In his 10 seasons in the NFL, Adalius Thomas appeared in two Pro Bowl games, was versatile enough to have played both inside and outside linebacker in the 3-4 front, registered five or more sacks in five of the past six campaigns, and pocketed $25 million to $30 million in salaries and bonuses.
But less than two months before training camps open, Thomas, 32 years old and relatively healthy, doesn't yet have a contract for the 2010 season. And although there is still a pretty good chance Thomas will find a roster spot before summer practices commence in late July, this is an uncertain and nerve-racking time for the onetime stud defender.
And for the dozens of veteran players who were standouts in the league for years, yet who remain in the unrestricted market, jobless and unsure of their NFL futures.
"You're still confident in your abilities but there's some [uneasiness] about not knowing where you're going to be," acknowledged Thomas, who was released by New England in March after playing three seasons of a five-year, $35 million contract that represented a landmark deal when he signed it in 2007.
Or in not knowing whether you're going to be anywhere at all.
This is a tenuous period for some longtime veterans who may have only a short time -- or perhaps no time -- left in the game. Over the past five years, there has been an average of roughly two dozen veterans who didn't officially retire but were instead retired by the NFL because they couldn't find jobs.
This year is probably more of the same.
The old adage that "a watched pot never boils" translates at this time of year in the NFL into "a watched phone never rings." Silence on the free-agent front is definitely not golden, and clearly unsettling, if you're still unemployed this time of year.
Said former NFL linebacker Willie McGinest, who last year hoped for a call that never came: "The league has a way of telling you that you've retired." Agents who are attempting to pitch clients to teams often don't get callbacks. Players who rely on past associations with coaches or general managers are treated like strangers. Numbers, except maybe those on a minimum-salary contract, don't mean much.
Some clubs are even antsy about investing in the new darling of free agency -- former Rams free safety O.J. Atogwe, who entered the market Thursday -- because he will be 29 later this month and plays a low-priority position. So teams are even more reluctant to spend much on an older player or a veteran of diminishing abilities.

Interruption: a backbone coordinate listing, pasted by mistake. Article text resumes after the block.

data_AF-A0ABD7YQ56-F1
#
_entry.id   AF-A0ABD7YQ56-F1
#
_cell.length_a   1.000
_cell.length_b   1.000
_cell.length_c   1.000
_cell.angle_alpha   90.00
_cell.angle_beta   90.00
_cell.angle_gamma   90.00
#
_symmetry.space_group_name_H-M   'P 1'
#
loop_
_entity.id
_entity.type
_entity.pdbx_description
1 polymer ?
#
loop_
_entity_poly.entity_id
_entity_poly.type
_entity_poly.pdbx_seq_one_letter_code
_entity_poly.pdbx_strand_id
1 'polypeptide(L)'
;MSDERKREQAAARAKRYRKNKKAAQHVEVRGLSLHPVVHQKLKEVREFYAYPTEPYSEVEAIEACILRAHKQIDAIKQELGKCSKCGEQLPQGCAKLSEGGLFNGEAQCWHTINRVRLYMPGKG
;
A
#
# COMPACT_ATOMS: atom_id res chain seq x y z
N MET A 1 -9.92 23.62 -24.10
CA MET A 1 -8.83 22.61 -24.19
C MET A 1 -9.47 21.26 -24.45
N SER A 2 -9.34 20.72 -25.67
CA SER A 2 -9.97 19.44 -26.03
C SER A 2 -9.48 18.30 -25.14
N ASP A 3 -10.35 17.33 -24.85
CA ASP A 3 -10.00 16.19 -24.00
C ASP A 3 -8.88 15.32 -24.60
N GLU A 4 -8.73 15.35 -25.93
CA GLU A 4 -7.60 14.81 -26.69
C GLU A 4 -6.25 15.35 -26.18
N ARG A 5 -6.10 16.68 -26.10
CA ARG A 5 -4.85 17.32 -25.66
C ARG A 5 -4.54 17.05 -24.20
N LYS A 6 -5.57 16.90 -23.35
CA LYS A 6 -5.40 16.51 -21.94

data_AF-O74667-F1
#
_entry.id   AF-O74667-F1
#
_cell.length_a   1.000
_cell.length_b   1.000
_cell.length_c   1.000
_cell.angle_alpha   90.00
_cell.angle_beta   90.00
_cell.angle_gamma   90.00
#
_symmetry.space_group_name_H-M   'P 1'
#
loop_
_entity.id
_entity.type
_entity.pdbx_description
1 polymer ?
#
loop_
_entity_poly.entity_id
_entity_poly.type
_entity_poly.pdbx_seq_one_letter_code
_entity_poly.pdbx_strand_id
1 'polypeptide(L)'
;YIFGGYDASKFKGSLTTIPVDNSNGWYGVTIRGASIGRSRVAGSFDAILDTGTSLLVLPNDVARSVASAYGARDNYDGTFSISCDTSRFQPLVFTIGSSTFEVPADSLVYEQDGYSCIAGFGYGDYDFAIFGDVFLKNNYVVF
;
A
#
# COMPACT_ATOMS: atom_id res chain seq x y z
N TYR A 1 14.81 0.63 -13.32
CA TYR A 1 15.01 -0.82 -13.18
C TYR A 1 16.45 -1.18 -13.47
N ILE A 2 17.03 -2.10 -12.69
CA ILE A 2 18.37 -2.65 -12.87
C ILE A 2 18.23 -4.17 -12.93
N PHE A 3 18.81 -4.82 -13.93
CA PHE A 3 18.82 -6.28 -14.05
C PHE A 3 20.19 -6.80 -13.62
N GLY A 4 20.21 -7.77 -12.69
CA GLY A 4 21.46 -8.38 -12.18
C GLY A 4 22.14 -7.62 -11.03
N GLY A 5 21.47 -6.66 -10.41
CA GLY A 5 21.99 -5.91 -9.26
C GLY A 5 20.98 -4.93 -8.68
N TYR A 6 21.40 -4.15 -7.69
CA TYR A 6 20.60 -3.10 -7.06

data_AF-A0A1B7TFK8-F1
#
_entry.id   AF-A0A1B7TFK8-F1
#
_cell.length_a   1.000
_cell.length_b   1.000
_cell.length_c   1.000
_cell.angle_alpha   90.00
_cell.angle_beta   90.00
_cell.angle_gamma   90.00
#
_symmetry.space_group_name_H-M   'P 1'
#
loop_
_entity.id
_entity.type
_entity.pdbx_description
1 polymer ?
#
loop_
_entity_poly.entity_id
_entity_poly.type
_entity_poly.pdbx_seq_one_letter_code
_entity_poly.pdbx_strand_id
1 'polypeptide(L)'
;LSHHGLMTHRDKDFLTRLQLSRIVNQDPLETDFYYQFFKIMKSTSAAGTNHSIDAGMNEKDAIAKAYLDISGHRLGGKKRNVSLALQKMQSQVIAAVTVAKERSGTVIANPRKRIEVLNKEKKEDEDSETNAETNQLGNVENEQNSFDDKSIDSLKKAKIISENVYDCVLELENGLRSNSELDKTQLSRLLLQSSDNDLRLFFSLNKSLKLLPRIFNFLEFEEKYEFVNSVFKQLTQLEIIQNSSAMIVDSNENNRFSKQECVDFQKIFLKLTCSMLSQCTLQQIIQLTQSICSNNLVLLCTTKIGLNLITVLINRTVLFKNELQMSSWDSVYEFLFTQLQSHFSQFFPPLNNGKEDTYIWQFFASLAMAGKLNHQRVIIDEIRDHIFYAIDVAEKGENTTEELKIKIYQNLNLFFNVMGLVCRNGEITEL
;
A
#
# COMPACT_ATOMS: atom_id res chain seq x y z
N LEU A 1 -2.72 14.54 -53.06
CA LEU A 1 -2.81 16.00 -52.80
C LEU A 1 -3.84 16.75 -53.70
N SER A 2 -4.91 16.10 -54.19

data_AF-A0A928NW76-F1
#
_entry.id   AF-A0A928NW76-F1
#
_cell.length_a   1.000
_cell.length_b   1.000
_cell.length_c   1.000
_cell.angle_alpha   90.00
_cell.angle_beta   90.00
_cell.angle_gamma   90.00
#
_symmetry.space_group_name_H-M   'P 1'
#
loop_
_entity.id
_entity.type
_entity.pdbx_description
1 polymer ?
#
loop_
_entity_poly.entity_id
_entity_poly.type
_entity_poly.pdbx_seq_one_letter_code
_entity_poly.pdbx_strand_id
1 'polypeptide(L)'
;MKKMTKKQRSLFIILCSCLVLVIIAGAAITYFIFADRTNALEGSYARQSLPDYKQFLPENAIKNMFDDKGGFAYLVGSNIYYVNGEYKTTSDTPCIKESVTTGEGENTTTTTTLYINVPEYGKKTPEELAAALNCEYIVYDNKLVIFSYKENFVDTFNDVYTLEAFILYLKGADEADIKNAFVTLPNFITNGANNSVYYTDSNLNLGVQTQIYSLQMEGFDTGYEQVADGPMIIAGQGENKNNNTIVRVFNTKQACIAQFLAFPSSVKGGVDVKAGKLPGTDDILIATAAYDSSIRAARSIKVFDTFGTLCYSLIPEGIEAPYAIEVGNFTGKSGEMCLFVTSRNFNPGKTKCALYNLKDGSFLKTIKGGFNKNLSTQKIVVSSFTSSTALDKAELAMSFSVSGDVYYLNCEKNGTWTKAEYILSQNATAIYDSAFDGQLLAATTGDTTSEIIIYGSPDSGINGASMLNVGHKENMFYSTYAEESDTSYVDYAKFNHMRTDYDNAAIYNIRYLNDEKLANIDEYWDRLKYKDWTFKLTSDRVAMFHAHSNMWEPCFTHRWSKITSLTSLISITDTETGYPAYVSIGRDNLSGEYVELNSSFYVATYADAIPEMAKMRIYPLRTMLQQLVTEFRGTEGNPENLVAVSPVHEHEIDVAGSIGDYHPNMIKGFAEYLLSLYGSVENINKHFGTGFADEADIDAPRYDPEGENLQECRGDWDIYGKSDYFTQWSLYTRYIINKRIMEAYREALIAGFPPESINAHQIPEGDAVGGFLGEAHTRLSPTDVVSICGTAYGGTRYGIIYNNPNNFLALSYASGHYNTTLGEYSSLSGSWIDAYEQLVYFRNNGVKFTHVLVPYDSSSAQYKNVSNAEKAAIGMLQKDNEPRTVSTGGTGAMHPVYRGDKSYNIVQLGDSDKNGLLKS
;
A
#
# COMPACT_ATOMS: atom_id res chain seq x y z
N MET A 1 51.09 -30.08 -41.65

The message might be unspoken at times, but it rarely lacks clarity.
As of Thursday, there were 37 players who started at least eight games in 2009, but who remained unsigned for the upcoming campaign, and who haven't officially retired. The original unrestricted pool has been all but picked over, but there are plenty of veterans who were released by their franchises at various junctures of the spring and are ready to go to work.
The most oft-discussed of those players is arguably wide receiver Terrell Owens, whose résumé includes five Pro Bowl appearances, 1,006 catches and 147 touchdowns. (He is No. 6 in all-time receptions and fifth in touchdowns.) But the loquacious and much-traveled Owens, who started 16 games for Buffalo in 2009 and isn't injured, is hardly alone in the collection of big-name free-agent remnants.
There are reasons, of course, why Owens hasn't been very much pursued by teams: his age (36), financial expectations (rumored to be $5 million per year), declining production, concerns about how he might fit on a club's roster and a problematic history. For many of the unsigned players, even one of those reasons, let alone a combination of them, may be a deterrent. Some of the rationale is overstated -- such as the perception that center Kevin Mawae, 39, who has made the Pro Bowl team in half of his 16 seasons, is president of the NFLPA and thus too closely aligned with the union -- but much of it is real.
Players such as two-time 1,000-yard wide receiver Javon Walker (only 11 games the past two seasons) and two-time Pro Bowl guard Shawn Andrews (two appearances in two seasons) must demonstrate they are rehabilitated from injuries. Defensive linemen are always in demand, but veterans such as Jevon Kearse, Cornelius Griffin, Darren Howard and Leonard Little must prove there are more than just fumes left in the tank. Left tackle Flozell Adams might be an attractive insurance policy for some clubs, but perhaps only at modest salary. Despite his unproductive 2009 season in Cincinnati, when his 43 catches were his fewest since his 2000 rookie year, Laveranues Coles could be a No. 4 wide receiver for a team, some people feel. But a fourth wide receiver must play special teams as well, and Coles doesn't.
Many of the players remaining in unrestricted free agency are simply past their glory days and facing the realization that the statute of limitations on their productive years has expired.
"It's a tough sell, and by nature, you're not talking about the most patient people around," said agent Bill Johnson, who represents former New Orleans defensive end Charles Grant. Grant is facing a four-game league suspension and a civil lawsuit after settling an involuntary-manslaughter case, is coming off a torn triceps that kept him out of the playoffs, hasn't had a double-digit-sack season since 2004, and his team won a Super Bowl without him last year.
"It's hard to tell guys that it might take a while until something develops."
Len Pasquarelli, a recipient of the Pro Football Hall of Fame's McCann Award for distinguished reporting, is a senior writer for ESPN.com.